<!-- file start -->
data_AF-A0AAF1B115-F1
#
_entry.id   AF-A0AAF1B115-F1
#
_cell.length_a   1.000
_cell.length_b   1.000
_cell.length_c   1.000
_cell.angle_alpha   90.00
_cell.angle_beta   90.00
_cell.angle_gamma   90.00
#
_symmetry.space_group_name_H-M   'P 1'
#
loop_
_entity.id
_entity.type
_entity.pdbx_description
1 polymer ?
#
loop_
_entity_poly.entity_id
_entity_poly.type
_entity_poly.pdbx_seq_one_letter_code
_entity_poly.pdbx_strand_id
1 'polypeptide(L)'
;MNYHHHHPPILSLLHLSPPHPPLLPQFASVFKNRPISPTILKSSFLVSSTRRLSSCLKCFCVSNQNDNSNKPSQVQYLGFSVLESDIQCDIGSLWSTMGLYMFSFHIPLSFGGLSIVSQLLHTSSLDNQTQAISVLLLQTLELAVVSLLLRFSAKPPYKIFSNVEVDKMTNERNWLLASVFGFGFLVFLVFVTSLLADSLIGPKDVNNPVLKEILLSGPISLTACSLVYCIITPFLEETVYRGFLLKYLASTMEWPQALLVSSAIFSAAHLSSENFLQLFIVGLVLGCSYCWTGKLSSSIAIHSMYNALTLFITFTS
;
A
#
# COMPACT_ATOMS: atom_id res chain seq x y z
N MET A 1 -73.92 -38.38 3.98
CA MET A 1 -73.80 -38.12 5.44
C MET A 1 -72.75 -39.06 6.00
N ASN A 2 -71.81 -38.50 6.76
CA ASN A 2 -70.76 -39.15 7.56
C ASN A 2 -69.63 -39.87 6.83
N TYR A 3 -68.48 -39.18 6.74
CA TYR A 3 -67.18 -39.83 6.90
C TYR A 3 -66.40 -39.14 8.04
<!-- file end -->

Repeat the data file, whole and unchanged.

data_AF-A0AAF1B115-F1
#
_entry.id   AF-A0AAF1B115-F1
#
_cell.length_a   1.000
_cell.length_b   1.000
_cell.length_c   1.000
_cell.angle_alpha   90.00
_cell.angle_beta   90.00
_cell.angle_gamma   90.00
#
_symmetry.space_group_name_H-M   'P 1'
#
loop_
_entity.id
_entity.type
_entity.pdbx_description
1 polymer ?
#
loop_
_entity_poly.entity_id
_entity_poly.type
_entity_poly.pdbx_seq_one_letter_code
_entity_poly.pdbx_strand_id
1 'polypeptide(L)'
;MNYHHHHPPILSLLHLSPPHPPLLPQFASVFKNRPISPTILKSSFLVSSTRRLSSCLKCFCVSNQNDNSNKPSQVQYLGFSVLESDIQCDIGSLWSTMGLYMFSFHIPLSFGGLSIVSQLLHTSSLDNQTQAISVLLLQTLELAVVSLLLRFSAKPPYKIFSNVEVDKMTNERNWLLASVFGFGFLVFLVFVTSLLADSLIGPKDVNNPVLKEILLSGPISLTACSLVYCIITPFLEETVYRGFLLKYLASTMEWPQALLVSSAIFSAAHLSSENFLQLFIVGLVLGCSYCWTGKLSSSIAIHSMYNALTLFITFTS
;
A
#
# COMPACT_ATOMS: atom_id res chain seq x y z
N MET A 1 -73.92 -38.38 3.98
CA MET A 1 -73.80 -38.12 5.44
C MET A 1 -72.75 -39.06 6.00
N ASN A 2 -71.81 -38.50 6.76
CA ASN A 2 -70.76 -39.15 7.56
C ASN A 2 -69.63 -39.87 6.83
N TYR A 3 -68.48 -39.18 6.74
CA TYR A 3 -67.18 -39.83 6.90
C TYR A 3 -66.40 -39.14 8.04